The secret to perfect risotto every time (and it’s not stirring!)

Risotto done right is absolutely sublime: rich and luxurious with just a touch of toothsomeness. Risotto, an ultra-creamy rice dish, is made by slowly combining hot broth with arborio (or other “risotto-style”) rice. Despite its reputation for being fussy or time-intensive, risotto is actually quite simple to make. While you do need to attend to the pot while you’re making risotto, that step only takes about half an hour. And the results are more than worth it! All you need are a few choice ingredients and a bit of time at the stove and you’ll have a pot of creamy risotto that an Italian nonna (grandmother) would be proud of.

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So what’s the secret to good risotto? It’s using short-grain risotto rice. Arborio is the most commonly available rice variety in American supermarkets, but if you can find carnaroli, vialone or another Italian “risotto” rice, you can use those as well. Look for these varieties in the rice section of well-stocked supermarkets or in the bulk section of natural-foods stores. These rices are high in amylopectin, a starch that readily breaks down when cooked, giving risotto its characteristically creamy texture (without any added cream). While EatingWell typically advocates for whole grains over refined grains, the outer layer of bran on brown rice (and other whole grains) prevents the amylopectin from being released during cooking, so whole-grain rice can’t give you the same result.

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You’ll also want to make sure to use a broth or stock that you like, since the dish will be infused with its essence (use homemade if you can), and a good-quality Parmesan, preferably Parmigiano-Reggiano, to get the best flavor bang for your buck. Our step-by-step photos will have you making perfect risotto every time!

You’ll find the recipe for Basic Risotto below. Once you’ve mastered the technique, variations on the recipe are almost endless. You can add different vegetables, use any type of broth and add whatever herbs you have on hand. Serve risotto alongside roasted or braised meat or enjoy it as a main dish with a big tossed salad. Whichever way you choose, you’ll be enjoying a simply luxurious meal.

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Basic Risotto
Makes 8 side-dish servings, about 2/3 cup each
Active time: 50 minutes | Total: 50 minutes

Slowly adding hot broth to arborio rice helps release the starch from the rice, giving risotto its characteristic silky, creamy texture. We add a splash of wine along with each addition of broth to give the dish a more pronounced wine flavor. If you’d prefer the wine to be more subtle, add the entire cup at the end of Step 2 and cook, stirring, until the liquid is absorbed, then begin adding the broth. If you prefer to omit wine, use more broth in its place.

5 cups reduced-sodium chicken broth, beef broth, seafood stock, bottled clam juice, “no-chicken” broth or vegetable broth (see Notes)
2 tablespoons extra-virgin olive oil
1 cup chopped shallots or onion
2 cloves garlic, minced
1 1/2 cups arborio, carnaroli or other Italian “risotto” rice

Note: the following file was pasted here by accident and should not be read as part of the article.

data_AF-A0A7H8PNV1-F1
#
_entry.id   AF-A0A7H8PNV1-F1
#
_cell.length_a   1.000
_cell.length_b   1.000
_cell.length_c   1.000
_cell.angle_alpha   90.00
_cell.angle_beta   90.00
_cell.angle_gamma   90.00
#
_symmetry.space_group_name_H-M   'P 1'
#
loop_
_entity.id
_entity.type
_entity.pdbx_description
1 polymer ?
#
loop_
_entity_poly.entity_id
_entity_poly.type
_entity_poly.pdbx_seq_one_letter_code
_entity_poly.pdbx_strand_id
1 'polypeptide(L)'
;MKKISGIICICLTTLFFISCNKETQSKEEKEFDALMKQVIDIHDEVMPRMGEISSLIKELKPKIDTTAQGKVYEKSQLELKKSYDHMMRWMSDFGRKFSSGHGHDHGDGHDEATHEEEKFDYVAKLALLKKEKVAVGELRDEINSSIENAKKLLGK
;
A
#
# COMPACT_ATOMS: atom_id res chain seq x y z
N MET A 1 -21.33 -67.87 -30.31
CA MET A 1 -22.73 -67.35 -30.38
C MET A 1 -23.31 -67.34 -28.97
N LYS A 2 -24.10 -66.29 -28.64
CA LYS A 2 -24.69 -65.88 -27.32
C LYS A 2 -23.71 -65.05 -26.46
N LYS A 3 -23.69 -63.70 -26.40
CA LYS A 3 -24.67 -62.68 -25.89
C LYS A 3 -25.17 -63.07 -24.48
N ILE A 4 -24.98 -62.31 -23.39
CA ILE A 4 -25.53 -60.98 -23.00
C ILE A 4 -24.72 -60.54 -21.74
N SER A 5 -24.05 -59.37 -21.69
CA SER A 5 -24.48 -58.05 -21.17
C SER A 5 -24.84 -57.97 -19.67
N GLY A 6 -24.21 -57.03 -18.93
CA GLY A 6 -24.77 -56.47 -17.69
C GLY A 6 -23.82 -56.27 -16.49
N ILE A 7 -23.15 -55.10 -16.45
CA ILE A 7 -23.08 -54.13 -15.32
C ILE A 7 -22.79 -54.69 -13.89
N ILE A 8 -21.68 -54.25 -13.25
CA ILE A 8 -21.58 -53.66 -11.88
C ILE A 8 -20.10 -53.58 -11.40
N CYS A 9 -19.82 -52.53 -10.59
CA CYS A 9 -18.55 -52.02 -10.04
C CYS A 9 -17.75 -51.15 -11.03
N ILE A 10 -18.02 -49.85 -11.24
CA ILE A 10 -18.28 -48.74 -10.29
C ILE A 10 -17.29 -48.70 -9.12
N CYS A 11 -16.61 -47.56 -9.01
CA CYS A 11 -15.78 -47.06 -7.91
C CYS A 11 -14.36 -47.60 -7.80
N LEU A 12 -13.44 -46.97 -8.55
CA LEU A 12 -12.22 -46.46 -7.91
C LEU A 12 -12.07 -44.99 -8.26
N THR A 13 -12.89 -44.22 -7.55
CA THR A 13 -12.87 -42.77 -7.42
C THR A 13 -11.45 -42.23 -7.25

1/4 teaspoon salt
1 cup dry white wine
1 cup finely shredded Parmigiano-Reggiano cheese, divided
Freshly ground pepper to taste

1. Bring broth to a simmer in a medium saucepan over medium-high heat. Reduce the heat so the broth remains steaming, but is not simmering.
2. Heat oil in a Dutch oven over medium-low heat. Add shallots (or onion) and cook, stirring occasionally, until softened, about 2 minutes. Add garlic and cook, stirring, until fragrant, about 30 seconds. Add rice and salt and stir to coat.
3. Stir 1/2 cup of the hot broth and a generous splash of wine into the rice. Cook, stirring frequently, until the liquid has been absorbed. Continue to cook on medium-low, adding broth in 1/2-cup increments followed by a splash of wine, and stirring frequently after each addition, until most of the liquid is absorbed. The risotto is done when you’ve used all the broth and wine and the rice is creamy and just tender, 25 to 35 minutes total.
4. Remove from the heat; stir in 3/4 cup cheese and pepper. Serve sprinkled with the remaining 1/4 cup cheese.

Per serving: 242 calories; 6 g fat (2 g sat, 4 g mono); 7 mg cholesterol; 32 g carbohydrate; 0 g added sugars; 9 g protein; 1 g fiber; 593 mg sodium; 228 mg potassium.

Notes: Bottled clam juice can be very high in sodium. We like Bar Harbor brand, which has 120 mg sodium per 2-ounce serving. Look for it in the canned-fish section or the seafood department of your supermarket.

Chicken-flavored broth, a vegetarian broth despite its name, is preferable to vegetable broth in some recipes for its hearty, rich flavor. Sometimes called “No-Chicken Broth,” it can be found with the soups in the natural-foods section of most supermarkets.

What's your favorite ingredient to add to risotto?

Carolyn Malcoun combines her love of food and writing in her position as contributing food editor at EatingWell. Carolyn has a culinary arts degree from New England Culinary Institute and a degree in journalism from University of Wisconsin—Madison. Carolyn lives in Portland, Maine, and enjoys cooking, gardening, hiking and running in her free time.


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